Category: Classics

Exploring UGA's global connections

0 comments

DiscoverUGA.jpgHaving spent some time recently with one of our terrific (and longest-running) study abroad programs, I can vouch for the impact they have on our students. The echo of these experiences reverberate back on campus, in our classrooms, in the lives of our students as they resume their studies back in Athens, and in the host countries and cities our programs call home (away from home).

To get an even better idea of this multiverse of scholarly engagement, our colleagues in UGA public affairs put together a terrific interactive map that documents what our students and faculty are doing around the globe. Take a look

Ancient Medicine and the Modern Physician

0 comments

Asclepius_Rhodes_wipad.jpgThe classics department in collaboration with the Georgia Regents University/UGA Medical Partnership, will host a two-day symposium designed to find relevant historical practices that are useful to modern-day physicians:

Events will be held March 23-24 on both the UGA main campus and the Health Sciences Campus. Experts in ancient medicine and modern medical practices will present workshops, panel discussions and a keynote address.

"Methods of diagnosis are undergoing fundamental changes within American medical communities," said Nancy Felson, professor emerita in the classics department and one of the event organizers. "Physicians and other health care professionals now recognize that successful diagnosis is not only a matter of identifying symptoms, but rather an interpretive process involving the narrative arc of a patient's life, activities, habits, gene profile as well as the exhibited symptoms. This new and fundamental aspect of modern health care is rooted in ancient medical methods of diagnosis and patient narratives."

The symposium will begin March 23 with a 7 p.m. lecture in George Hall on the Health Sciences Campus.

Dr. Richard Panico will discuss "The Art of Medicine: It's Always Been About the Dialogue." A reception will follow his talk.

For more information, visit the classics website. Great subject for discussion, and very important to engage the himanities with the study of medicine and vice versa.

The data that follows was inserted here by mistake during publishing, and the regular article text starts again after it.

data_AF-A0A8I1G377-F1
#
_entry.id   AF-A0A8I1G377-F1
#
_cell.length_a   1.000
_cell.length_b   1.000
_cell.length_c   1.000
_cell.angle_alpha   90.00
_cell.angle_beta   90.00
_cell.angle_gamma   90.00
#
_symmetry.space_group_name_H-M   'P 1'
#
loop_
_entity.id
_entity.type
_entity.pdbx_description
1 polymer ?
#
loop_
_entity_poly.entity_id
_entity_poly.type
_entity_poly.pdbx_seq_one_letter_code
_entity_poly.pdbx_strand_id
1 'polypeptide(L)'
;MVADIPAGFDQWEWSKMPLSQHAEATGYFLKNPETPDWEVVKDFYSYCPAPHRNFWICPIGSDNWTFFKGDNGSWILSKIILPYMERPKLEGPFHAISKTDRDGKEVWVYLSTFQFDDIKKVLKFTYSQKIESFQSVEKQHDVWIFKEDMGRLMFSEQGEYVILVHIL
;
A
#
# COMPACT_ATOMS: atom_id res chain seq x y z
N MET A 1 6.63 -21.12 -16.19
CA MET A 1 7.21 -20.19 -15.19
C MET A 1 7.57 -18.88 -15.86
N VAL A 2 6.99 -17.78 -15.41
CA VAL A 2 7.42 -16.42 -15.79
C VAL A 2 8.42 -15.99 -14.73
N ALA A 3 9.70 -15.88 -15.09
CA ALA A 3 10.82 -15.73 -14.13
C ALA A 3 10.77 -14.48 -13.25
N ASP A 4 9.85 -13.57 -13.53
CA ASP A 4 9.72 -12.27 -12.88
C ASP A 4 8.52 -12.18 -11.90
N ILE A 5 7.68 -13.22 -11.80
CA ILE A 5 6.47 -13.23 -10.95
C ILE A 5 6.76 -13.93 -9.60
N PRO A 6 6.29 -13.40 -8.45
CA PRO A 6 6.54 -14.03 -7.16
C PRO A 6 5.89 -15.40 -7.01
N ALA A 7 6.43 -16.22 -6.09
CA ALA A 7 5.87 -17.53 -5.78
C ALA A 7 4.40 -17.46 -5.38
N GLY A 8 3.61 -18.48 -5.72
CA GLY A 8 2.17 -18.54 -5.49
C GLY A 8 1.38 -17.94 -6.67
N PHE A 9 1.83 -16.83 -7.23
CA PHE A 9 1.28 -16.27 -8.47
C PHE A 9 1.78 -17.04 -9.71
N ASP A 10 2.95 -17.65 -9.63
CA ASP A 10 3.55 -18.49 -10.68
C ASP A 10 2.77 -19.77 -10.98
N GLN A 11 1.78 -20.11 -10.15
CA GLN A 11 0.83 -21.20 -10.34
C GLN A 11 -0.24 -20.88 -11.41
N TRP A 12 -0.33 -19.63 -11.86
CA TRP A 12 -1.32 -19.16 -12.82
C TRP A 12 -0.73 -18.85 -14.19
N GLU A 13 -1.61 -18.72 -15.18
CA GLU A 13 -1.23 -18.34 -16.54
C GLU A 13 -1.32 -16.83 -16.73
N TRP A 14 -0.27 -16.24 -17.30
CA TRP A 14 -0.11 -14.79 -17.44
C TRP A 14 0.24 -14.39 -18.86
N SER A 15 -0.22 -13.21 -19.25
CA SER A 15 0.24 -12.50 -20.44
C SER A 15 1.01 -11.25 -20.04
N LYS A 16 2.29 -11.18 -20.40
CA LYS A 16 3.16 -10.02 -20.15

Women of the Early Christian World

0 comments

BAND OF ANGELS.jpgThroughout the course of the 20th century and increasingly so now in the 21st, women are playing a much more prominent role in society. Whether you view this as finally just or only an indication that our society still has a great distance to travel to achieve gender equity, some perspective on the past can be instructive about where we are and how much has changed. The department of classics is sponsoring a lecture next Friday, Nov. 15 that should lend greater perspective on this important subject:

Kate Cooper, Professor of Ancient History at the University of Manchester, Manchester, UK, will present a lecture, "The Women of Early Christian Africa," which identifies influential roles Christian women played in the first and second centuries. The lecture is in conjuntion with the release of her new book, BAND OF ANGELS: THE FORGOTTEN WORLD OF EARLY CHRISTIAN WOMEN.

Cooper's lecture will be held on November 15 at 6:30 pm in 101 Miller Student Learning Center. A reception will follow in the Fourth Floor Rotunda. Copies of the book will be available.

The event is free and open to the public.

We look forward to this discussion and applaud the department of classics, which sponsors a number of scholarly lectures scheduled throughout the year. 

Stonehenge at LDSOA

0 comments

001_Stonehenge_001.jpg

In Tess of the d'Urbervilles, Thomas Hardy described the solitude of Stonehenge:

 ‘What can it be? … A very Temple of the Winds’ … ‘It seems as though there were no folk in the world but we two’ … they … listened a long time to the wind among the pillars … Presently the wind died out, and the quivering little pools in the cup-like hollows of the stones lay still."